In an excellent New York Times piece that was published over the weekend, former Duke basketball standout and current ESPN college basketball analyst Jay Williams recounted his experience dealing with the aftermath of a motorcycle injury that ended his professional basketball career.
It was a powerful story, one that included Williams discussing his feelings at his lowest point, which had him considering suicide.
There was another nugget in there, however, that’s now gaining some national attention, thanks to the way it’s affecting some of Williams’ former teammates he played with while he was a member of the Chicago Bulls during the 2002-03 season.
From Greg Bishop of the Times:
“I didn’t know how to handle it at first,” Williams said. “I didn’t know how to be around it. Guys were on the bench, trying to kick it to girls in the stands, having ball boys run over. I mean, some guys were high.”
Asked to clarify, Williams said: “There were guys smoking weed before games. Guys asking in the middle of the game, ‘Do you smell popcorn?’ ”
He noticed the nervous laughter around the kitchen table. “You think I’m playing,” Williams said. “Can you imagine! Guys are gambling. They’re playing dice in the back of the plane for money. Like, we just lost by 30 tonight! And we’ve got a game tomorrow! It bugged me out.”
Players “smoking weed before games” is a strong statement, and it must have been at least perceived to be true by Williams for him to even broach the subject.
But the fact that he mentioned it at all, and did so without naming names, is leaving his ex-teammates scrambling to explain.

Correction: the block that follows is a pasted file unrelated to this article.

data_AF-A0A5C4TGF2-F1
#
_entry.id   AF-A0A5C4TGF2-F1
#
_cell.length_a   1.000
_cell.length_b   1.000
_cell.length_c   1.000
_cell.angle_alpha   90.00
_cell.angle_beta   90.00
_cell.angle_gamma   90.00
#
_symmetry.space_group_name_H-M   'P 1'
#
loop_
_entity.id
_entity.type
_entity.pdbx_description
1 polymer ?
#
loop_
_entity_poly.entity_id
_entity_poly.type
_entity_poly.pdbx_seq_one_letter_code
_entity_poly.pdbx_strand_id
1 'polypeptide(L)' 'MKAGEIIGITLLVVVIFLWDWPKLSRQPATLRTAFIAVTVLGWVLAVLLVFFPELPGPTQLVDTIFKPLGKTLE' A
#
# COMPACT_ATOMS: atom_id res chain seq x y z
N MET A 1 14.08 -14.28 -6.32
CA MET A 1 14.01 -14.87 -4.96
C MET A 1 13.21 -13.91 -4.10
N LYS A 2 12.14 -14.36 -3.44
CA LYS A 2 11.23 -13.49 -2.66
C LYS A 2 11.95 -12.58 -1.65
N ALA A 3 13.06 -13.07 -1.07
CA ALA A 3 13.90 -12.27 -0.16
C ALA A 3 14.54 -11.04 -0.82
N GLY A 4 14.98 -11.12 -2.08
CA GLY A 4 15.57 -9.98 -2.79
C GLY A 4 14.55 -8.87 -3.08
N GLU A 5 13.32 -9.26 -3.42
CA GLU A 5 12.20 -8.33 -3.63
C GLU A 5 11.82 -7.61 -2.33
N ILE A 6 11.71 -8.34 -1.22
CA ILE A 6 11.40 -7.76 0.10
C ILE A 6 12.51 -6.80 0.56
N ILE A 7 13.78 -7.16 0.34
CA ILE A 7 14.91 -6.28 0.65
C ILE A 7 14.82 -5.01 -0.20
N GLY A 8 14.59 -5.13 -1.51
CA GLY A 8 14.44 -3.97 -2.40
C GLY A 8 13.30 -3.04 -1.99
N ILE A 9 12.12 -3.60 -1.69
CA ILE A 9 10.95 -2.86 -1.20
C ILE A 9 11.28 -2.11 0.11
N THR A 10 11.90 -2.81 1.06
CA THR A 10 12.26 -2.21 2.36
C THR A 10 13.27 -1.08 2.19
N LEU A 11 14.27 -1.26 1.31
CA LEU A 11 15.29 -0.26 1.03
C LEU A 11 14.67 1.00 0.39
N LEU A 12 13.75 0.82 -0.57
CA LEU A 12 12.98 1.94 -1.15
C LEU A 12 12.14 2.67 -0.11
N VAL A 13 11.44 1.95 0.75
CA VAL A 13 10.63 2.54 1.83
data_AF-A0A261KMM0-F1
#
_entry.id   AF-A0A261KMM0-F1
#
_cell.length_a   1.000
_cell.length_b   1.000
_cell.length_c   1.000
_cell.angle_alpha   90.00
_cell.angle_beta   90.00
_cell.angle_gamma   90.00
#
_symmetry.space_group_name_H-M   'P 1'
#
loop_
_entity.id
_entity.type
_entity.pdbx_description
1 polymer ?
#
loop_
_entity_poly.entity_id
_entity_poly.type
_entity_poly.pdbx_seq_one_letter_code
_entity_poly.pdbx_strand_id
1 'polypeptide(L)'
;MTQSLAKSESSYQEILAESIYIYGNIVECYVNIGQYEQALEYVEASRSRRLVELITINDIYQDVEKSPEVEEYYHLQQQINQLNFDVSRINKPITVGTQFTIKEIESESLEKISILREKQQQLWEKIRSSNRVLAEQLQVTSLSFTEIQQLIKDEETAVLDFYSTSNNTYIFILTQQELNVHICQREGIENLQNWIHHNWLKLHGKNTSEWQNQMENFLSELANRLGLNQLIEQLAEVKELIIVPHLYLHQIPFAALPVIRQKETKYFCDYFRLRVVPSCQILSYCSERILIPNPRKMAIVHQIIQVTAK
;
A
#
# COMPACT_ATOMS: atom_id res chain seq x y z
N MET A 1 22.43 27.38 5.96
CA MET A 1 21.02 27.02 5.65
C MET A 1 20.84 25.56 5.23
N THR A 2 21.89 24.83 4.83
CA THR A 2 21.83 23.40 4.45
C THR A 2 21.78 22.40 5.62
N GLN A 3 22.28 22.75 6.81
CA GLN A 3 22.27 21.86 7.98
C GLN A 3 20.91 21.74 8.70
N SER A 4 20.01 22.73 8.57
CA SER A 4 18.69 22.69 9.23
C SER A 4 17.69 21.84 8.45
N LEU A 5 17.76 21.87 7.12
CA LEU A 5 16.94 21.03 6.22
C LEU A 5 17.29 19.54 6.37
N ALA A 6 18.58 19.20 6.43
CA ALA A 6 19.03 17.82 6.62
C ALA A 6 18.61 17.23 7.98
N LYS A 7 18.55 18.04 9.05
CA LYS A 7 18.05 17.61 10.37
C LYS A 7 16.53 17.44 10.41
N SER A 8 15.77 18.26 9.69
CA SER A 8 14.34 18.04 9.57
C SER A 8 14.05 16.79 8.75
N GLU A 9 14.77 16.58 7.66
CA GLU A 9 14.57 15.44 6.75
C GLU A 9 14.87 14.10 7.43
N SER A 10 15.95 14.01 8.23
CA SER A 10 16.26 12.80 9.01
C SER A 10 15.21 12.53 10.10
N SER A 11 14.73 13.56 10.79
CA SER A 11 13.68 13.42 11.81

Tyson Chandler, who now plays for the Knicks and earned his first selection to the All-Star team this season, was on that 2002-03 team with Williams. And not surprisingly, he’s not letting that claim from Williams go without a response.
“I don’t know why he would say something like that. I think that’s ridiculous that he would come out and say something. I don’t remember that to be honest with you. And it’s unfortunate that he would make that kind of statement about our game,” Chandler said at the team’s charity bowling event to support Madison Square Garden’s Garden of Dreams Foundation.
Other Bulls on that team, including Donyell Marshall and Rick Brunson, similarly took exception to Williams’ assertion.
Williams released a statement Monday essentially saying he was done talking about the issue.
“I gave an honest account of my struggles and observations during a specific time in my life; that was one small element. It was a long time ago and I am not looking to make it a bigger issue,” he said.
The interview Williams gave was so wide-ranging that it might not have even occurred to him at the time the gravity of what he was saying. If he had thought it through a little bit before making those comments, he might have realized how many people were going to be affected by such a serious accusation.